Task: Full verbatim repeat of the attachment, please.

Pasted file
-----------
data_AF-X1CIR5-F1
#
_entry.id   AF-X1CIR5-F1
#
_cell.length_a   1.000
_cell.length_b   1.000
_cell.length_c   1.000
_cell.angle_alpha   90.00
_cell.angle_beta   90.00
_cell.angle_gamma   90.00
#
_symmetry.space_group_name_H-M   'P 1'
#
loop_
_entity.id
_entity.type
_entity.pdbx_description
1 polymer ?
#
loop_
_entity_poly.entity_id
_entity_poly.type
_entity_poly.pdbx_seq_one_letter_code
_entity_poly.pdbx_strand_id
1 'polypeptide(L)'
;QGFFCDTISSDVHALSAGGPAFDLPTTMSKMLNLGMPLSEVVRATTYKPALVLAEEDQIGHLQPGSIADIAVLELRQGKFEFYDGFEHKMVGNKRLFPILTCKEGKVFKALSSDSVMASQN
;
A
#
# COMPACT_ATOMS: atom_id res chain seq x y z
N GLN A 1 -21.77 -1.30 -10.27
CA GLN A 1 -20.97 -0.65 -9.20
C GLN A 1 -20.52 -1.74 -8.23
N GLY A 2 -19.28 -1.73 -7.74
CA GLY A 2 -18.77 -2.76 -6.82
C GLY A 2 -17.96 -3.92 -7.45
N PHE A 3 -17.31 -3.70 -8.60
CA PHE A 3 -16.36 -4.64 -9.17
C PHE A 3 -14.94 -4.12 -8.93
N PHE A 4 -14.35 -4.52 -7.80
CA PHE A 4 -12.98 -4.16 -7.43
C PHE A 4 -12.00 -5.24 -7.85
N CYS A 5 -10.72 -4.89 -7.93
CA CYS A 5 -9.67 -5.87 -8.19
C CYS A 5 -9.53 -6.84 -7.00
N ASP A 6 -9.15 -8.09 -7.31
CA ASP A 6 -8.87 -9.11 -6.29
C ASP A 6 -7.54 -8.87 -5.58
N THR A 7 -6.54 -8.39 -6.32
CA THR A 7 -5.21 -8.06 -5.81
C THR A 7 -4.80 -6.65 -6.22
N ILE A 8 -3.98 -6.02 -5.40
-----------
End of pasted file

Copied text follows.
data_AF-X1CIR5-F1
#
_entry.id   AF-X1CIR5-F1
#
_cell.length_a   1.000
_cell.length_b   1.000
_cell.length_c   1.000
_cell.angle_alpha   90.00
_cell.angle_beta   90.00
_cell.angle_gamma   90.00
#
_symmetry.space_group_name_H-M   'P 1'
#
loop_
_entity.id
_entity.type
_entity.pdbx_description
1 polymer ?
#
loop_
_entity_poly.entity_id
_entity_poly.type
_entity_poly.pdbx_seq_one_letter_code
_entity_poly.pdbx_strand_id
1 'polypeptide(L)'
;QGFFCDTISSDVHALSAGGPAFDLPTTMSKMLNLGMPLSEVVRATTYKPALVLAEEDQIGHLQPGSIADIAVLELRQGKFEFYDGFEHKMVGNKRLFPILTCKEGKVFKALSSDSVMASQN
;
A
#
# COMPACT_ATOMS: atom_id res chain seq x y z
N GLN A 1 -21.77 -1.30 -10.27
CA GLN A 1 -20.97 -0.65 -9.20
C GLN A 1 -20.52 -1.74 -8.23
N GLY A 2 -19.28 -1.73 -7.74
CA GLY A 2 -18.77 -2.76 -6.82
C GLY A 2 -17.96 -3.92 -7.45
N PHE A 3 -17.31 -3.70 -8.60
CA PHE A 3 -16.36 -4.64 -9.17
C PHE A 3 -14.94 -4.12 -8.93
N PHE A 4 -14.35 -4.52 -7.80
CA PHE A 4 -12.98 -4.16 -7.43
C PHE A 4 -12.00 -5.24 -7.85
N CYS A 5 -10.72 -4.89 -7.93
CA CYS A 5 -9.67 -5.87 -8.19
C CYS A 5 -9.53 -6.84 -7.00
N ASP A 6 -9.15 -8.09 -7.31
CA ASP A 6 -8.87 -9.11 -6.29
C ASP A 6 -7.54 -8.87 -5.58
N THR A 7 -6.54 -8.39 -6.32
CA THR A 7 -5.21 -8.06 -5.81
C THR A 7 -4.80 -6.65 -6.22
N ILE A 8 -3.98 -6.02 -5.40